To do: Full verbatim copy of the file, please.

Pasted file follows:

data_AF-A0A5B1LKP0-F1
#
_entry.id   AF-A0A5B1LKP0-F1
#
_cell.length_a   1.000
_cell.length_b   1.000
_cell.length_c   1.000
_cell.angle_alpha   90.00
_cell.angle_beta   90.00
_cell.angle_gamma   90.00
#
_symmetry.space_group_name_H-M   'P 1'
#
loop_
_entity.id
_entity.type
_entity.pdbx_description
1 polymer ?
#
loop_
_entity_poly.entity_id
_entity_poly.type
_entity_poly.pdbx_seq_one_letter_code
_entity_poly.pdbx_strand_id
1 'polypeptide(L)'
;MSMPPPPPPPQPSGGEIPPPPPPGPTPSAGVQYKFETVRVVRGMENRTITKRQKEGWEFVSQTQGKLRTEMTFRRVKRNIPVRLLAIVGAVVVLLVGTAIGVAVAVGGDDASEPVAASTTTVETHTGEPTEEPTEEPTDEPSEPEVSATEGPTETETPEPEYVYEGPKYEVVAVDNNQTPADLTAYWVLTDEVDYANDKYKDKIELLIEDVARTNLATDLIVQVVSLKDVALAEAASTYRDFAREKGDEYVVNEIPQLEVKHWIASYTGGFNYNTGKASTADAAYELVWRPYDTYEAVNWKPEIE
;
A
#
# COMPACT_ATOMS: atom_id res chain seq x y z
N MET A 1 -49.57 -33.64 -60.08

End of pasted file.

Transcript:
data_AF-A0A5B1LKP0-F1
#
_entry.id   AF-A0A5B1LKP0-F1
#
_cell.length_a   1.000
_cell.length_b   1.000
_cell.length_c   1.000
_cell.angle_alpha   90.00
_cell.angle_beta   90.00
_cell.angle_gamma   90.00
#
_symmetry.space_group_name_H-M   'P 1'
#
loop_
_entity.id
_entity.type
_entity.pdbx_description
1 polymer ?
#
loop_
_entity_poly.entity_id
_entity_poly.type
_entity_poly.pdbx_seq_one_letter_code
_entity_poly.pdbx_strand_id
1 'polypeptide(L)'
;MSMPPPPPPPQPSGGEIPPPPPPGPTPSAGVQYKFETVRVVRGMENRTITKRQKEGWEFVSQTQGKLRTEMTFRRVKRNIPVRLLAIVGAVVVLLVGTAIGVAVAVGGDDASEPVAASTTTVETHTGEPTEEPTEEPTDEPSEPEVSATEGPTETETPEPEYVYEGPKYEVVAVDNNQTPADLTAYWVLTDEVDYANDKYKDKIELLIEDVARTNLATDLIVQVVSLKDVALAEAASTYRDFAREKGDEYVVNEIPQLEVKHWIASYTGGFNYNTGKASTADAAYELVWRPYDTYEAVNWKPEIE
;
A
#
# COMPACT_ATOMS: atom_id res chain seq x y z
N MET A 1 -49.57 -33.64 -60.08